goad, goading, prod, prodding, urging, spur, spurring(noun)
a verbalization that encourages you to attempt something
"the ceaseless prodding got on his nerves"
spur, spine, acantha(noun)
any sharply pointed projection
tubular extension at the base of the corolla in some flowers
a sharp prod fixed to a rider's heel and used to urge a horse onward
"cowboys know not to squat with their spurs on"
branch line, spur track, spur(verb)
a railway line connected to a trunk line
incite or stimulate
"The Academy was formed to spur research"
give heart or courage to
strike with a spur
goad with spurs
"the rider spurred his horse"
equip with spurs
A rigid implement, often roughly y-shaped, that is fixed to one's heel for purpose of prodding a horse. Often worn by, and emblematic of, the cowboy or the knight.
Anything that inspires or motivates, as a spur does to a horse.
An appendage or spike pointing rearward, near the foot, for instance that of a rooster.
Any protruding part connected at one end, for instance a highway that extends from another highway into a city.
Roots, tree roots.
To prod (especially a horse) in the side or flank, with the intent to urge motion or haste, to gig.
To urge or encourage to action, or to a more vigorous pursuit of an object; to incite; to stimulate; to instigate; to impel; to drive.
To put spurs on; as, a spurred boot.
someone connected with Tottenham Hotspur FC, as a fan, player, coach etc.
an implement secured to the heel, or above the heel, of a horseman, to urge the horse by its pressure. Modern spurs have a small wheel, or rowel, with short points. Spurs were the badge of knighthood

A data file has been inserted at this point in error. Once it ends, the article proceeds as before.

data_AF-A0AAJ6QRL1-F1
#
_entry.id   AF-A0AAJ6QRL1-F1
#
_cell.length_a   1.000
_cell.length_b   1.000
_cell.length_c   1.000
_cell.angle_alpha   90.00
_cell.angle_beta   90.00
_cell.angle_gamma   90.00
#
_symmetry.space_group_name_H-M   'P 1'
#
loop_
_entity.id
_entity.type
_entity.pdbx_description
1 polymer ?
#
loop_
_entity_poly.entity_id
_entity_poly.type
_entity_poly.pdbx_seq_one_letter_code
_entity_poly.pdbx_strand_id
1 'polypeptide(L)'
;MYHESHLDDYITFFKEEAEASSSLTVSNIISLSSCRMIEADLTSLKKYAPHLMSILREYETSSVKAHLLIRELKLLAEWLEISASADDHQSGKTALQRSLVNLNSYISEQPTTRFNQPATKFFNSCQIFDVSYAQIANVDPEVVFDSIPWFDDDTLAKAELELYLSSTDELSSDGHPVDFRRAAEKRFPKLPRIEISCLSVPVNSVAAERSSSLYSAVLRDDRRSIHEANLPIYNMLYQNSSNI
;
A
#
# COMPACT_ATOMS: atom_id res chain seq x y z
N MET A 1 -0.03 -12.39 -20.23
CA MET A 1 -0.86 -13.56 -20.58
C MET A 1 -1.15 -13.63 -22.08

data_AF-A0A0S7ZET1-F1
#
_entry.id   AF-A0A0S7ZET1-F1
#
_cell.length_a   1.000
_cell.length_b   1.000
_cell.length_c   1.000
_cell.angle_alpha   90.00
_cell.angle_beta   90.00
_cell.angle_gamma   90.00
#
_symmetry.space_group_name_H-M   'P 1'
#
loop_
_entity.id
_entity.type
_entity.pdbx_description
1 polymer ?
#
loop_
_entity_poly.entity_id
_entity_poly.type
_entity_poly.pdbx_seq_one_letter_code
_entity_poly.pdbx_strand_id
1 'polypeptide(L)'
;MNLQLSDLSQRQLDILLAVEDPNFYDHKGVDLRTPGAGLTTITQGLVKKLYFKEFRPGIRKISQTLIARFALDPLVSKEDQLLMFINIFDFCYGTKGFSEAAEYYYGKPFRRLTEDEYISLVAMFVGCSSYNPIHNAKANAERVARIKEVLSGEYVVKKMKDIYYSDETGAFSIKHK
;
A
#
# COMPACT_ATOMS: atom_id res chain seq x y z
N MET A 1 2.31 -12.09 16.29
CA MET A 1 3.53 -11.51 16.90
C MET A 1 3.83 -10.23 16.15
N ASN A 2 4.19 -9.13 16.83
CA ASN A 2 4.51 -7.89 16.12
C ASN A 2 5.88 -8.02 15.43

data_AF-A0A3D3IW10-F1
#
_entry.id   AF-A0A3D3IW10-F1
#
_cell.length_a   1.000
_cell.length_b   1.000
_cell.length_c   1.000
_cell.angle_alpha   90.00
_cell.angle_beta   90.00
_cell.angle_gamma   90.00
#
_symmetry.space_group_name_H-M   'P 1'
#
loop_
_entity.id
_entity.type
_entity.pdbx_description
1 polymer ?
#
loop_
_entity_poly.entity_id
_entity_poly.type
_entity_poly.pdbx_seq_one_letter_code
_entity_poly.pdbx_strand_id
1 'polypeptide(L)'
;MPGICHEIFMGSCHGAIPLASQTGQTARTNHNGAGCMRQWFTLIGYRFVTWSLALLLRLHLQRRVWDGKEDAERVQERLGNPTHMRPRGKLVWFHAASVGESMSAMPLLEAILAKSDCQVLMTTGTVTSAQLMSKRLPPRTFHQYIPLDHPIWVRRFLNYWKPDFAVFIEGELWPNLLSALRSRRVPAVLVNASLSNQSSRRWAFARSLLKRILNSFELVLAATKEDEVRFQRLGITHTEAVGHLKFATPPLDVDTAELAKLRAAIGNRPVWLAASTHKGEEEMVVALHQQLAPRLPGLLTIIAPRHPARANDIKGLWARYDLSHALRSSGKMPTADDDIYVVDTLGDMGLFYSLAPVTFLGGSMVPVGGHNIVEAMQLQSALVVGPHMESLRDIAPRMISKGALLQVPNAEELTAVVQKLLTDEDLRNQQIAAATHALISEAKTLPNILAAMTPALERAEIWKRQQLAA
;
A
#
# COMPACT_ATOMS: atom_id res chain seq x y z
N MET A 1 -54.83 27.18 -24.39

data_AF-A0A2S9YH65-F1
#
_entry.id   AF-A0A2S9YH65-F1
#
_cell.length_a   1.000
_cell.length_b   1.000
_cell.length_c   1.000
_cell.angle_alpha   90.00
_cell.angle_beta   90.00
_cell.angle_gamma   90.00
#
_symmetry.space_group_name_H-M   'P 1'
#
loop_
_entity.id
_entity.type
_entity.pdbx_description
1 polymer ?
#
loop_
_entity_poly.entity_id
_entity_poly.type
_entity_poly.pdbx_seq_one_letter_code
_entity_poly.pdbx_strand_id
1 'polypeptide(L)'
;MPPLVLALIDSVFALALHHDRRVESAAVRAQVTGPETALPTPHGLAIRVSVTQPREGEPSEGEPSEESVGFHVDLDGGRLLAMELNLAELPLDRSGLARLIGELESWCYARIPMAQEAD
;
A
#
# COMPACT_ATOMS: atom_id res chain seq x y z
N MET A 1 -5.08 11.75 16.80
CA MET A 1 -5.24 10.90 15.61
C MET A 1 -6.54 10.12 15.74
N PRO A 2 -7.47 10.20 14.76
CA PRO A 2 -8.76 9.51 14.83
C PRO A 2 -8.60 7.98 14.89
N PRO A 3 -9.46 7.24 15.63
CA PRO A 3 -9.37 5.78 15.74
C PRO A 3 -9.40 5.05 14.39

that which goads to action; an incitement
something that projects; a snag
one of the large or principal roots of a tree
any stiff, sharp spine, as on the wings and legs of certain burds, on the legs of insects, etc.; especially, the spine on a cock's leg
a mountain that shoots from any other mountain, or range of mountains, and extends to some distance in a lateral direction, or at right angles
a spiked iron worn by seamen upon the bottom of the boot, to enable them to stand upon the carcass of a whale, to strip off the blubber
a brace strengthening a post and some connected part, as a rafter or crossbeam; a strut
the short wooden buttress of a post
a projection from the round base of a column, occupying the angle of a square plinth upon which the base rests, or bringing the bottom bed of the base to a nearly square form. It is generally carved in leafage
any projecting appendage of a flower looking like a spur
ergotized rye or other grain
a wall that crosses a part of a rampart and joins to an inner wall
a piece of timber fixed on the bilge ways before launching, having the upper ends bolted to the vessel's side
a curved piece of timber serving as a half to support the deck where a whole beam can not be placed
to prick with spurs; to incite to a more hasty pace; to urge or goad; as, to spur a horse
to urge or encourage to action, or to a more vigorous pursuit of an object; to incite; to stimulate; to instigate; to impel; to drive
to put spurs on; as, a spurred boot